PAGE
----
As a runner, I value my health and fitness. I ask my body to do a lot of things - sometimes very difficult, borderline insane things. But I put the work in, so I survive. Sometimes I even place sort of high. This is because of the work, because I don't show up at the start line of a marathon without training properly. I run a lot, of course, but also spend a few hours a week on general strength and core work. Because these things matter to runners.
And, I would argue, they should matter to baristas too. Baristas stand all day, lift things, and tamp. None of these things, taken on their own, are hard. But they can add up, over the hours, and then over the weeks, years, etc. You can end up, quite easily, with a host of chronic issues from the neck down.
Sprudge is currently running a series on barista health. It's a great and informative series, asking questions that no one (to my knowledge) has yet considered. And the results, frankly, are depressing. In short: We, as an occupation, are hurt all the fucking time. We are young and yet complain of afflictions usually confined to retirement homes. It doesn't have to be this way. It shouldn't be this way.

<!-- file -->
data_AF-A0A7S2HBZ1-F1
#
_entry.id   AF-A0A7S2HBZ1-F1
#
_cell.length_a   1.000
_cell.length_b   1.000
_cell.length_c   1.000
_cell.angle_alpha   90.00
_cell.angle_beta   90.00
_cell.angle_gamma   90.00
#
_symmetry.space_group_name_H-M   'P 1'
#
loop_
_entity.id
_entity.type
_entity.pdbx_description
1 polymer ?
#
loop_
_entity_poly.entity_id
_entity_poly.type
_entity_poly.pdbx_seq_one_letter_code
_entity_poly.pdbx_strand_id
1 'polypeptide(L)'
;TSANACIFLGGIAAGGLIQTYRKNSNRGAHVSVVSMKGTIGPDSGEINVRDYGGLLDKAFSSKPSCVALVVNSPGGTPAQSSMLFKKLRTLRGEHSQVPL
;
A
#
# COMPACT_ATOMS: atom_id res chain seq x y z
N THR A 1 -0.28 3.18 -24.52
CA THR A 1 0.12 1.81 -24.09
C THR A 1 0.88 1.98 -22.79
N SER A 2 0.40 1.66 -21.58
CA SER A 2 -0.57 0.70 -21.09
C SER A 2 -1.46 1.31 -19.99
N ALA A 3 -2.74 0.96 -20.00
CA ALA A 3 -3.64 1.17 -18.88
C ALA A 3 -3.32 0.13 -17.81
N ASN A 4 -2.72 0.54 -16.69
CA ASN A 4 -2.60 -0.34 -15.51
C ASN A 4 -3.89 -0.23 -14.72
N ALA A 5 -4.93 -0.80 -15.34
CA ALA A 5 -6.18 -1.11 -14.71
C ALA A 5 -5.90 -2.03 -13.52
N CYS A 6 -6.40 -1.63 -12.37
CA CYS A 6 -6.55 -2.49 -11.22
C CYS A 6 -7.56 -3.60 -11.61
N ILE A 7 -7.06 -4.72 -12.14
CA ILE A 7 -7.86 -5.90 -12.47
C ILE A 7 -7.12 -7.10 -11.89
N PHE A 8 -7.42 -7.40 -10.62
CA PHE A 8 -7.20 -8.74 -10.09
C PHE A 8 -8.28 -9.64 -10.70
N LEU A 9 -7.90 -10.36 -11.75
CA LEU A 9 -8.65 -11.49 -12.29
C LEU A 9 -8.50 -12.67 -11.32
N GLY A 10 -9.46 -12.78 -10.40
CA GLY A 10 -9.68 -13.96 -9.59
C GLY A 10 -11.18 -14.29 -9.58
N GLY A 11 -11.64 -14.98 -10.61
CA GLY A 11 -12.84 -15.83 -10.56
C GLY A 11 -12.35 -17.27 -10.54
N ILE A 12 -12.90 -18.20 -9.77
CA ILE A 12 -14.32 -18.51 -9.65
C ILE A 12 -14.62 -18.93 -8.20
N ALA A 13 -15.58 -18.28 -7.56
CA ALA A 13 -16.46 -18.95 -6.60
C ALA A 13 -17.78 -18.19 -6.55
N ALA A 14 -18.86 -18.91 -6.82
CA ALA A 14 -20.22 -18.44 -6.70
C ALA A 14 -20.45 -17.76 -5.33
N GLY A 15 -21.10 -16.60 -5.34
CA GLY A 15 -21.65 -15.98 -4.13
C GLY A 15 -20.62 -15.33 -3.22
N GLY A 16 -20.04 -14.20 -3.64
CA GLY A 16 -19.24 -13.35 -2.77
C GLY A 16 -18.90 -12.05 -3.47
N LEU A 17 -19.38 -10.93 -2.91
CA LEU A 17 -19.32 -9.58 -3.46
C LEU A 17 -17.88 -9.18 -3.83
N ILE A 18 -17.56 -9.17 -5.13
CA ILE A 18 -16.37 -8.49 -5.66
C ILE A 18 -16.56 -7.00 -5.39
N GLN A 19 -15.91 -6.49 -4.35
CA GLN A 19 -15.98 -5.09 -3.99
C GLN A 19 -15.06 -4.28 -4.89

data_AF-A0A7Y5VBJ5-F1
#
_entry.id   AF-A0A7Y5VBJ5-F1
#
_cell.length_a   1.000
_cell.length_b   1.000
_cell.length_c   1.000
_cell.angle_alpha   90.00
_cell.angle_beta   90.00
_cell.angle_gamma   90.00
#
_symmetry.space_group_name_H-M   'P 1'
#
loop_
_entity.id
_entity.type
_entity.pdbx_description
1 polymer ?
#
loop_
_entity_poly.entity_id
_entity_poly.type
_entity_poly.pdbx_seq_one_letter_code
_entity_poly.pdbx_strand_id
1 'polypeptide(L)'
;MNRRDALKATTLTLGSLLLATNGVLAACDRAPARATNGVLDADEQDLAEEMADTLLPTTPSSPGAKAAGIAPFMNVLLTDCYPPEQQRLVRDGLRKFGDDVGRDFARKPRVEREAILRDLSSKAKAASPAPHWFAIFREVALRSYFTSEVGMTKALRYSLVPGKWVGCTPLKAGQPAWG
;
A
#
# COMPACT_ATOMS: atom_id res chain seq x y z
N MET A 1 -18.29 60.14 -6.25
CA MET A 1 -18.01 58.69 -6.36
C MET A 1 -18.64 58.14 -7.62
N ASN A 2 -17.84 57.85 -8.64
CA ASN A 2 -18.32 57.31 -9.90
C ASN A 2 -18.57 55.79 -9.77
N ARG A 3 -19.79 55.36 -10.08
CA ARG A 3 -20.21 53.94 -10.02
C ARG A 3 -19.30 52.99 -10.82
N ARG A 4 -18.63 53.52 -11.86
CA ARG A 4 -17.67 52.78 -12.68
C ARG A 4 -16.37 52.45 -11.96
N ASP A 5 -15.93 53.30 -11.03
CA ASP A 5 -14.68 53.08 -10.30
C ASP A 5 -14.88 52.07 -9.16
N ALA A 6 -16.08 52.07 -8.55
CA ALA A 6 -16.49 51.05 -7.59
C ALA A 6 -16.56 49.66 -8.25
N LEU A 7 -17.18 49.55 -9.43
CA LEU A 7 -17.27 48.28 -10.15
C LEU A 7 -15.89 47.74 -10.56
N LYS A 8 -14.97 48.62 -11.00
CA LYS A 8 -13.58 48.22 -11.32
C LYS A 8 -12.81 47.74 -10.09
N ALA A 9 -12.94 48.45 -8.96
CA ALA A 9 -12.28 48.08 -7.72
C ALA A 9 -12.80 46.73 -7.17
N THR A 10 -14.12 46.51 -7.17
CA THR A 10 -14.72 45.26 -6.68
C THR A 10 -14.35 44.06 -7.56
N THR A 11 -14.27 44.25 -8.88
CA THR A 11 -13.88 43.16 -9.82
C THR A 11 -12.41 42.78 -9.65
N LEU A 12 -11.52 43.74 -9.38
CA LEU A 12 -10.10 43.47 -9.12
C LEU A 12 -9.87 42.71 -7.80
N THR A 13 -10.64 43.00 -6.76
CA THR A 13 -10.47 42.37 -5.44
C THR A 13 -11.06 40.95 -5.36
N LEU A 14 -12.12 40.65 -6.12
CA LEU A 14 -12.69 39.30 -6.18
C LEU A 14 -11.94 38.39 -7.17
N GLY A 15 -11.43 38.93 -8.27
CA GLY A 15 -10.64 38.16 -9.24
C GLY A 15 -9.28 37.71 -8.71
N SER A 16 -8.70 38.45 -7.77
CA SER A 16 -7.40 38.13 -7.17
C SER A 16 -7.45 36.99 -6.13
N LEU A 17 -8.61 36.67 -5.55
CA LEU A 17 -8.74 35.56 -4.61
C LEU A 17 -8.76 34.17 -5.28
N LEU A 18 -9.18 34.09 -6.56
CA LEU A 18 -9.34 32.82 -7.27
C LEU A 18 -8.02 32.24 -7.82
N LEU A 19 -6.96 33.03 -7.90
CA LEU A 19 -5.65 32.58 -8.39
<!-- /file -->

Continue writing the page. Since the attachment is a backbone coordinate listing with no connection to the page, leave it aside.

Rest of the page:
I wrote this comment on Part 2 of the series: If you are the sort of person who prioritizes health and fitness outside of work, you’ll have less problems at work. That is, if you have adequate strength and mobility across the basic planes of movement, tamping and standing all day shouldn’t be difficult at all. I would also suggest that wearing flatter shoes would do many baristas a world of good. The higher the heel to forefoot ratio, the more torque is placed on your knees. That stress is moved up the kinetic chain, and can result in back and shoulder problems too.Simple. It really is. Maintain a healthy weight. Don't eat like shit. Lift things. Move.
Standing and tamping all day don't create weaknesses, they reveal them. Fix the underlying lifestyle problems that lead to those weaknesses, and you'll be better off.